With a little help from social media, RCMP officers in Rimbey, Alta. have returned a set of stolen letters to its rightful owner.

Police say they were puzzled to find the bundle of letters, which dated back to 1946, stashed in a stolen car in central Alberta.

The handwritten notes were addressed between Margaret Clark and Mungo Clark, a brother and sister.

According to one letter, Mungo was a gunner in the 40th Battery, 11th Field Regiment, Canadian Army overseas. Other envelopes were addressed to locations in Hamilton, Regina and Craik, Sask.

After confirming there was no link between the car's owner and the correspondence, officers went online to try to find the letters' owner.

"We knew how important it was that somebody get these letters back," RCMP Cpl. Laurel Scott said.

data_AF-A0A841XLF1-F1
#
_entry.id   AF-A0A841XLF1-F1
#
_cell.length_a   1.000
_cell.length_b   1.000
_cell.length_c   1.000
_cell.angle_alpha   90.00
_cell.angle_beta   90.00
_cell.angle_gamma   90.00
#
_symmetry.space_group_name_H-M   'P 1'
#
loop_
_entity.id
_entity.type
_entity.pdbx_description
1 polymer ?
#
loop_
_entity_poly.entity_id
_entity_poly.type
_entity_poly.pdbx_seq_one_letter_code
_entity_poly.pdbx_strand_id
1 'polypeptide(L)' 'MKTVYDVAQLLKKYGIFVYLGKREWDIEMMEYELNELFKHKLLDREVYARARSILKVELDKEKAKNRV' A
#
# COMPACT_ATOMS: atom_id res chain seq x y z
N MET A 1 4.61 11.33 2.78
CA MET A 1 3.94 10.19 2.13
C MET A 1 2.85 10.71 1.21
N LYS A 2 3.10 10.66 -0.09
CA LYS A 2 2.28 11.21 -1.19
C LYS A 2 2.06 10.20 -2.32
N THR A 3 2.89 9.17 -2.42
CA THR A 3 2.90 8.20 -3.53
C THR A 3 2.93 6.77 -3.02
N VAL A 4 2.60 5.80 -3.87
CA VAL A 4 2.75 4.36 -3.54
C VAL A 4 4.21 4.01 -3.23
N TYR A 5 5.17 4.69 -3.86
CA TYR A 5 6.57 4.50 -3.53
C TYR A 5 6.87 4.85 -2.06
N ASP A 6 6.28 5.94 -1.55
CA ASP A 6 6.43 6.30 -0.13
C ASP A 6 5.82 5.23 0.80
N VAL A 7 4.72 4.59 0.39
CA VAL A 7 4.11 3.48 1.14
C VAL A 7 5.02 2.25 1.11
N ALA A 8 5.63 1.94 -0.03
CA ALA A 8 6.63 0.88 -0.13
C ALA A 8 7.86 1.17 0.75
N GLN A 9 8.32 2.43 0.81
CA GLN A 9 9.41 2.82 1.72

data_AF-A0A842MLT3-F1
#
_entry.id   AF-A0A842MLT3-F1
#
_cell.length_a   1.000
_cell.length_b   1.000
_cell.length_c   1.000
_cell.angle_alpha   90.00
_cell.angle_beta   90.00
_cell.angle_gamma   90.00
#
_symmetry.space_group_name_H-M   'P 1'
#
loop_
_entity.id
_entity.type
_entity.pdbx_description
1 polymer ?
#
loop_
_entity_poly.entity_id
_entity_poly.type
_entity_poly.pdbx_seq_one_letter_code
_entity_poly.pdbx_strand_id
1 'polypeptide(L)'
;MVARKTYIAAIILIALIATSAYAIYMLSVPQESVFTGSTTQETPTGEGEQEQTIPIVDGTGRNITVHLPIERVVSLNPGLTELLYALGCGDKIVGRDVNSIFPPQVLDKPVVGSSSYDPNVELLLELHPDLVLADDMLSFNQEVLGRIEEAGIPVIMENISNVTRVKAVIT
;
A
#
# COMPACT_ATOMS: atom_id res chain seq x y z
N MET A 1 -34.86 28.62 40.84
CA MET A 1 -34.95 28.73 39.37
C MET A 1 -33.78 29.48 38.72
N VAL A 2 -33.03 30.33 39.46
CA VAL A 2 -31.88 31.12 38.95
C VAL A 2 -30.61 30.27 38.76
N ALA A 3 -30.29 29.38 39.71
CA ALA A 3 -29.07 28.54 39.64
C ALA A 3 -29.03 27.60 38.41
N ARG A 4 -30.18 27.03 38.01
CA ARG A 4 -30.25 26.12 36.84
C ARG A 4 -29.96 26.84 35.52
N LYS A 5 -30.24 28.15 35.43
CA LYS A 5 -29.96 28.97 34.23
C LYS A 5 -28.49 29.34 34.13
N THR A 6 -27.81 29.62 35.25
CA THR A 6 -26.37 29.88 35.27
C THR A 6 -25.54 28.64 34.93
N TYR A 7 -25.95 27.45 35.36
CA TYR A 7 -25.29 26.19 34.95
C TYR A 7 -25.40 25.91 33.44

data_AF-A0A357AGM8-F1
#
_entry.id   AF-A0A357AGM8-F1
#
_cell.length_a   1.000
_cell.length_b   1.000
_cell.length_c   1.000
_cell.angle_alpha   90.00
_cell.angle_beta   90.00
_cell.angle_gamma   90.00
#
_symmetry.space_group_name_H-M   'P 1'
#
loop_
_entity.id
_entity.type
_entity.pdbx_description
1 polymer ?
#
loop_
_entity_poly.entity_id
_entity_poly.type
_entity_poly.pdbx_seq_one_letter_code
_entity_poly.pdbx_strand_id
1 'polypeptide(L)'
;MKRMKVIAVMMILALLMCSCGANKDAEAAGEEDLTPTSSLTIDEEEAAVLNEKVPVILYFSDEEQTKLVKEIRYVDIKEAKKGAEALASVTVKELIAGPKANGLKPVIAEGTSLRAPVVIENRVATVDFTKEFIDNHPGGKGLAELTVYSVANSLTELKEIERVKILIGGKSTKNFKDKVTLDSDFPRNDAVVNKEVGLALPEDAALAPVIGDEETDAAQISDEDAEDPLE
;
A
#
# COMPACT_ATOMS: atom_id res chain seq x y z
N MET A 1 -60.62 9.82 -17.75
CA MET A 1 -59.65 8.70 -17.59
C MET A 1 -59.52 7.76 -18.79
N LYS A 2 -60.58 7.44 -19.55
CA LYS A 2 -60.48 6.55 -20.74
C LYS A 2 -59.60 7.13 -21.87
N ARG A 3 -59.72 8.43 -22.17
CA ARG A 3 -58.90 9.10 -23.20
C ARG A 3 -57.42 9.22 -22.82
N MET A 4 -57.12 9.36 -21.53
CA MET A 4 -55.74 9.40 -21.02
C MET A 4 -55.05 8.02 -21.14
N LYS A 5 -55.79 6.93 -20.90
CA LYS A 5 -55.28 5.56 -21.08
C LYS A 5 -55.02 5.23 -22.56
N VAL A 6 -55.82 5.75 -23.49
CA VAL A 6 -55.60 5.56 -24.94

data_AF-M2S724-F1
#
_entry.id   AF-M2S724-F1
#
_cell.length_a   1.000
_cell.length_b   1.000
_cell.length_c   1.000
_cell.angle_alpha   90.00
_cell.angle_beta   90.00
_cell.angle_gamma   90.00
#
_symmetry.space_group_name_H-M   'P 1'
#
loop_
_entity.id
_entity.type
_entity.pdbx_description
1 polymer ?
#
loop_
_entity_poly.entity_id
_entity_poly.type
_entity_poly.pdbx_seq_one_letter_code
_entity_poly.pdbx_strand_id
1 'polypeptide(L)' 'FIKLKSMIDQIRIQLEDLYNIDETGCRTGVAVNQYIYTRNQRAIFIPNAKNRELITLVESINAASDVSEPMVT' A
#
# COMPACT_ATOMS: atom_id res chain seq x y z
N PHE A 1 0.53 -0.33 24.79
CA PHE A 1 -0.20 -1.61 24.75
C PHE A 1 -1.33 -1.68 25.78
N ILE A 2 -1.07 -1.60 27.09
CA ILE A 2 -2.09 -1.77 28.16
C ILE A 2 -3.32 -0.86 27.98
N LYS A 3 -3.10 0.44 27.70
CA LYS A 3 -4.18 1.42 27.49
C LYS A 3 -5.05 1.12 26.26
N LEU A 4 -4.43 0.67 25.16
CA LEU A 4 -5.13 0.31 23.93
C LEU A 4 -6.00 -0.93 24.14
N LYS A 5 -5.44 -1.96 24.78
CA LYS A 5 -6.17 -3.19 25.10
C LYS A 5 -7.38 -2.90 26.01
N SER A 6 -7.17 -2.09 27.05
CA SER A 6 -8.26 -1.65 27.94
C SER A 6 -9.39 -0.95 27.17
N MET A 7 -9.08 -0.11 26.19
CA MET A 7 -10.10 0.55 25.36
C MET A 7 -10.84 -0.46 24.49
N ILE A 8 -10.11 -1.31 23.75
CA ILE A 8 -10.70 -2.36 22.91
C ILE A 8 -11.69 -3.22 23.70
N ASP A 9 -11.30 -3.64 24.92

Within hours, police had a match: Bonnie Rasmussen, Mungo's only child.

"My son called me and I'm just blown away. I can't believe this has happened," Rasmussen told CTV Edmonton in a phone interview from her home in Fort St. John, B.C. "These are wonderful moments that can come out of social media."

Rasmussen said the precious letters show a different side of her father, who passed away 20 years ago.

"Reading those letters is like reading a story from someone I never met," she said. "He was so different after the war than the words I read on his letters. The war had changed him dramatically."

Rasmussen says she isn't sure how the letters wound up in the stolen car, but she has a theory about when they first went missing.

"There was property stolen from the family farm and among some of the items that were stolen were dad's medals," she said.

Rasmussen believes whoever stole the decorations may have also taken the letters.

She said the unexpected discovery has given her hope that, one day, her father's medals will be found as well.

Kaylyn Holmgren, 26, has been charged with 20 property-, theft- and traffic-related offences in connection with the car where the letters were found.

With files from CTV Edmonton's Dan Grummett